That's the problem with middle class culture and spending habits. I haven't even touched on the overpriced apartments we rent, our clothing budgets, and our desire to travel far for "real experiences." I want to enjoy my money and I want you to as well, but I also loath the idea of spending money simply to adhere to social norms I don't actually value. I don't believe one should acquire debt for the sake of friendship. I don't think one should be guilted into a "fiscal norm."

I also question the depth of our friendships, if they require so much spending. So many of these costly events don't actually leave me feeling close and intimately connected to my friends. We often set out to fulfill our basic human need for social interaction and closeness, and instead are left feeling disconnected, not wealthy enough, and in debt.

Let me tell you a few examples of what I have said 'No Thank You' to recently:

1. No, I can't be in your wedding or attend your bachelorette ($300-$2500)

2. No I can't make your Birthday dinner ($50-$80)

3. No, I wont be able to meet you in NYC that weekend ($120-$800)

4. No, I can't meet for lunch ($12-$30)

5. No, I can't attend your fundraiser gala ($75-$600)

Let me tell you a few examples of what I have offered to do:

1.Would you like to stay with me when you are in town and catch up? ($Free)

2.Would you like to meet for a late morning hike? ($Free)

3.Can I take you to lunch for your birthday? ($35)

4.I have to do some grocery shopping, want to come along, we can tackle your list too? ($Free- Already in budget)

5.Would you like to cook together/Brew Beer and split the cost? ($Free- Already in Budget)

6.I already donate online to causes I really care about, but would be happy to share your fundraiser info with my friends ($Free)

7.Want to come watch a movie/eat popcorn/drink wine at my house? ($0-$12)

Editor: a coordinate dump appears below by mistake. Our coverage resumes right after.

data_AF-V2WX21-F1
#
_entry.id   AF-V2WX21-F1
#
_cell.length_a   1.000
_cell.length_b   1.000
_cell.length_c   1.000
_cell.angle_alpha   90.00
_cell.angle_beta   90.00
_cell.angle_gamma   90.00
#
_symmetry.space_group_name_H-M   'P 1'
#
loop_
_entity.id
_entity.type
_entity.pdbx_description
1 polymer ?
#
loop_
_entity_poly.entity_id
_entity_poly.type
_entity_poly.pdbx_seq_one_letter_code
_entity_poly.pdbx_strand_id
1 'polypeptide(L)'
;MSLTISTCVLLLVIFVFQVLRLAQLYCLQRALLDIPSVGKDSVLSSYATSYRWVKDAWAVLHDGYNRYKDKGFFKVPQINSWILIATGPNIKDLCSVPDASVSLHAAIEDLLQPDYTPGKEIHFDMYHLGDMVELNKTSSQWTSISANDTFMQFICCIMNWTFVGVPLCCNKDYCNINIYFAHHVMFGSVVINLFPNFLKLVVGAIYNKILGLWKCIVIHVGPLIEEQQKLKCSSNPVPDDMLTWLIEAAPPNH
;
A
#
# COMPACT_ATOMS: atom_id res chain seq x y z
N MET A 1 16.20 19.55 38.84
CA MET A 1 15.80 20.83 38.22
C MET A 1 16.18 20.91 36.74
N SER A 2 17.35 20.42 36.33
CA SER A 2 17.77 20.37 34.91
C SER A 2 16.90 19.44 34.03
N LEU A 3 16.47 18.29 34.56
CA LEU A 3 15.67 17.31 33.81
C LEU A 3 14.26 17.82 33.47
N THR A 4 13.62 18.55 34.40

8.Want to meet at the gym and catch up on the treadmills? ($Free)

And before you tell me that those ideas are boring/silly/unrealistic, I am here to tell you that I have done every single one of them, and most of them a million times… but only with my REAL FRIENDS. And I promise you I have REAL friends. The kinds of friends that I don't have to get dressed up to see, the kinds of friends that I can cry in front of, or share my deepest darkest shit, and the kinds of friends who have tried on pants, at Cosco ,while I created a makeshift dressing room out of beach towels and tried not to pee my pants out of laughter. My cup runneth over with REAL FRIENDS.

There is nothing that makes a human feel closer to another human, than tackling the humanity of "just being" together. We can stop believing that the only way to find value in an experience is to pay for it. We can stop spending the money that we don't have and start spending time on the real friendships that we do have.

By Rachel Hall, Rachel has a Masters in Cultural Gender Studies, and a BA in Communication & Culture, is a Certified Life Coach, and can often be found hiding in her laundry room from her two children. More about her on her website.

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When you are newly hitched and learning how to combine your essential legal and financial information as well as your accounts, it can be confusing.